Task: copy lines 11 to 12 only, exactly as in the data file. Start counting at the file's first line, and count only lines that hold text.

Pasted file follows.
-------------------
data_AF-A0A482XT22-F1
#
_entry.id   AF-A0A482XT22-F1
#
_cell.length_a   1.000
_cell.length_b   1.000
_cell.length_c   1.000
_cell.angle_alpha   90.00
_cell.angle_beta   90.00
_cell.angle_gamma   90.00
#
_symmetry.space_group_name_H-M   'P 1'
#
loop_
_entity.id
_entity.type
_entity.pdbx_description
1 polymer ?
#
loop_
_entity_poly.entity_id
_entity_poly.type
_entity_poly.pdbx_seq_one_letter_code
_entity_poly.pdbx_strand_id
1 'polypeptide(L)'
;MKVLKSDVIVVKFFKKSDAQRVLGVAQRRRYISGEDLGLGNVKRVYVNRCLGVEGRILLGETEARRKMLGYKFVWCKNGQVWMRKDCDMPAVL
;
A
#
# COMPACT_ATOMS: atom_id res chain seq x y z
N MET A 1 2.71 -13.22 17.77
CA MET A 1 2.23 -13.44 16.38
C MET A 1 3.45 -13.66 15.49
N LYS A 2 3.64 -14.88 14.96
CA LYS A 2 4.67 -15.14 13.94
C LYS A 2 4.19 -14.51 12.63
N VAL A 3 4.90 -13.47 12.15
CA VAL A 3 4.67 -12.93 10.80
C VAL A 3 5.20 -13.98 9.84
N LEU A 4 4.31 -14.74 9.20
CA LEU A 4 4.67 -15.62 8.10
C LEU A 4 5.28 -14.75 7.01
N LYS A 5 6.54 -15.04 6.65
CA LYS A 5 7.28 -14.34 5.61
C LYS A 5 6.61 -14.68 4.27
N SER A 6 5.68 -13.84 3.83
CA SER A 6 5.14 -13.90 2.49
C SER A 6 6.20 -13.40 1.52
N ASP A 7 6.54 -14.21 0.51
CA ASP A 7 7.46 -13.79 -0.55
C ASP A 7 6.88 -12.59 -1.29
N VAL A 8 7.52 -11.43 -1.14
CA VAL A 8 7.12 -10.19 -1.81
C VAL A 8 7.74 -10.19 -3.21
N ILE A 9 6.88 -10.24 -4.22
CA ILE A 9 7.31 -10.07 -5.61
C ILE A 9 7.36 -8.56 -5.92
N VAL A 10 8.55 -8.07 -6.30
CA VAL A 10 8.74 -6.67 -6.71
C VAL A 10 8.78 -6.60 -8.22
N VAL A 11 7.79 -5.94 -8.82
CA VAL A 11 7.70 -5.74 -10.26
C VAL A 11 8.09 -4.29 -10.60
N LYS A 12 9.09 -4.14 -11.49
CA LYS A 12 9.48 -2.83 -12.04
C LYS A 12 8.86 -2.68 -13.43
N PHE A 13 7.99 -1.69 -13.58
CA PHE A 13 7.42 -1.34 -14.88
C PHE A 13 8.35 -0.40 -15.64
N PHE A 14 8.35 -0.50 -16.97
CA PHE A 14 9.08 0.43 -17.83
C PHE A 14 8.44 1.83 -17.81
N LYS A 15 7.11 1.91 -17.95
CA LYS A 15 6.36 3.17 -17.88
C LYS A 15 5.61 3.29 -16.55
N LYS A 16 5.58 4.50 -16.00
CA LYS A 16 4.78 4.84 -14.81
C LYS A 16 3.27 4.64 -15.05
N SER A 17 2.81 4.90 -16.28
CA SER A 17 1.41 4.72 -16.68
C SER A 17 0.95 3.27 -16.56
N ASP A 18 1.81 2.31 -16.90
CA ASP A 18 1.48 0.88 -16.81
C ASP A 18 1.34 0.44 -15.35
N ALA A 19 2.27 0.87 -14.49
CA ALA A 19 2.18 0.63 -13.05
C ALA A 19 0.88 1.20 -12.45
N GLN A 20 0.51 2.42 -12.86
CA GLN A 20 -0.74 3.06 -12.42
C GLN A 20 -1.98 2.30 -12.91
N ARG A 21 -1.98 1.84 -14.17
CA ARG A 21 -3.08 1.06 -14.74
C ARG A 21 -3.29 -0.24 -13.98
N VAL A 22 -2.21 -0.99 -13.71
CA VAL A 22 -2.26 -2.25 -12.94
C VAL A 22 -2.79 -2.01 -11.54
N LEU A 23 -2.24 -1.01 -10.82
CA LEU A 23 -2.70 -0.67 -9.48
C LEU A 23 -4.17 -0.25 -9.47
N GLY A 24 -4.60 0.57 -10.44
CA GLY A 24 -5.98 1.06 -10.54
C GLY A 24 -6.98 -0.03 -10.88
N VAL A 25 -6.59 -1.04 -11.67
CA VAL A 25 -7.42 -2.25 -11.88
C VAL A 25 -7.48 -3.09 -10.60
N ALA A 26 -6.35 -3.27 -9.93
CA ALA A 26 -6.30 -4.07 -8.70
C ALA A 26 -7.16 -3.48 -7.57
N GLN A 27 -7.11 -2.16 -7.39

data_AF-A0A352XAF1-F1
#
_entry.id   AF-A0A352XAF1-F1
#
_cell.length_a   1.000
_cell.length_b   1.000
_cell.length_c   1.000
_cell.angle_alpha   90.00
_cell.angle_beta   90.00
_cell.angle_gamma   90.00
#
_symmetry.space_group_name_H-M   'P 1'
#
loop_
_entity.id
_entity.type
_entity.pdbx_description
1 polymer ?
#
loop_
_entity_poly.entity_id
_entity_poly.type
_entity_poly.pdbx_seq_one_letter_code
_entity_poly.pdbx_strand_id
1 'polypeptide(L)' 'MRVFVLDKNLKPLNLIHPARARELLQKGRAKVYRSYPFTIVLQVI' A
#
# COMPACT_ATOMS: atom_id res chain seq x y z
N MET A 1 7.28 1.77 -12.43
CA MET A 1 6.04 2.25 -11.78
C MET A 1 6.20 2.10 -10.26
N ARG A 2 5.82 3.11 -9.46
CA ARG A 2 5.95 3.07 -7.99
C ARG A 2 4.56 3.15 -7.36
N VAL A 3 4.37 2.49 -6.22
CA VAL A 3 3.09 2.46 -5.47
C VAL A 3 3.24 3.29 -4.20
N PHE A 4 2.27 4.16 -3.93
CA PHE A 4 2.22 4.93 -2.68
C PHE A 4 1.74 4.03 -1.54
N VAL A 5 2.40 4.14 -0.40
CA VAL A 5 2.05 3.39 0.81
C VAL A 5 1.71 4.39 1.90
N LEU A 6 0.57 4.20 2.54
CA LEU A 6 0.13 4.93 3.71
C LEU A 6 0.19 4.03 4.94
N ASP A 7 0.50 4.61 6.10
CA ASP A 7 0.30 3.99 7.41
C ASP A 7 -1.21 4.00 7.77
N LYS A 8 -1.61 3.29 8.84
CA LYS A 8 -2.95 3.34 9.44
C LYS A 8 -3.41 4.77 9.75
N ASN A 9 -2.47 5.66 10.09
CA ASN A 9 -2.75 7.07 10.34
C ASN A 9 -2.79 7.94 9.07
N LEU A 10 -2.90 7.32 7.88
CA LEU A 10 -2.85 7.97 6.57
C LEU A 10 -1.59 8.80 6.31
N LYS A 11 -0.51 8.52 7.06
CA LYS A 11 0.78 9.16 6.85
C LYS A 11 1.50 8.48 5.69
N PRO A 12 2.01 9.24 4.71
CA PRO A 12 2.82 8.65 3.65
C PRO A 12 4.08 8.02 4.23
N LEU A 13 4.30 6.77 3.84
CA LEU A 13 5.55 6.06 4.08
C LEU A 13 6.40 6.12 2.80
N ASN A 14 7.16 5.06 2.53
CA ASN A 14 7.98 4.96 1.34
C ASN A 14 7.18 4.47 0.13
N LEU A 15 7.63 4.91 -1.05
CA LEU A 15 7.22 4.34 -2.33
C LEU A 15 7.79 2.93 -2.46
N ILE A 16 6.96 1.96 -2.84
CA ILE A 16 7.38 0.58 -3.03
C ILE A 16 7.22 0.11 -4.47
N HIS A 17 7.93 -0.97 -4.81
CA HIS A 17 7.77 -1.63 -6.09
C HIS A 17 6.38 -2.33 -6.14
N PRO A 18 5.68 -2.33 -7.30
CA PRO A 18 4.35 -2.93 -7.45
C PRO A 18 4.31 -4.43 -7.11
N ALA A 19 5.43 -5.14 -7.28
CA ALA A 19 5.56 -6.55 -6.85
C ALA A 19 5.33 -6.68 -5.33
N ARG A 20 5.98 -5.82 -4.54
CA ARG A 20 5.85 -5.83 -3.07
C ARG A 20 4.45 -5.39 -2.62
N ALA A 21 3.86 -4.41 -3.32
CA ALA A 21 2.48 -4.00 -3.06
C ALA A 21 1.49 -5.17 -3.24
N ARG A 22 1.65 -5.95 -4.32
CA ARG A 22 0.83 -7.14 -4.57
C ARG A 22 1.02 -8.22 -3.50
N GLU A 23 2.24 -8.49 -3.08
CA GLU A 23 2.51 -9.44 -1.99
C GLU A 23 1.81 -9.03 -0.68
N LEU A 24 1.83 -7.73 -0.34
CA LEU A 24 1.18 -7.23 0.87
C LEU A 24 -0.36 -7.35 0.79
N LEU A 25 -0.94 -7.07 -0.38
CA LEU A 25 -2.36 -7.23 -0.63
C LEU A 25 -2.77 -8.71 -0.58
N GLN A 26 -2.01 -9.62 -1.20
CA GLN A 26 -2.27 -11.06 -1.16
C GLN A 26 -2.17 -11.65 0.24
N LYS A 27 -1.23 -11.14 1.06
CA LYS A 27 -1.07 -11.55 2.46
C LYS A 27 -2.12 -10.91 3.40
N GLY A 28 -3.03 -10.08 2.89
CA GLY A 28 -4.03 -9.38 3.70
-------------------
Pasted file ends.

#
_symmetry.space_group_name_H-M   'P 1'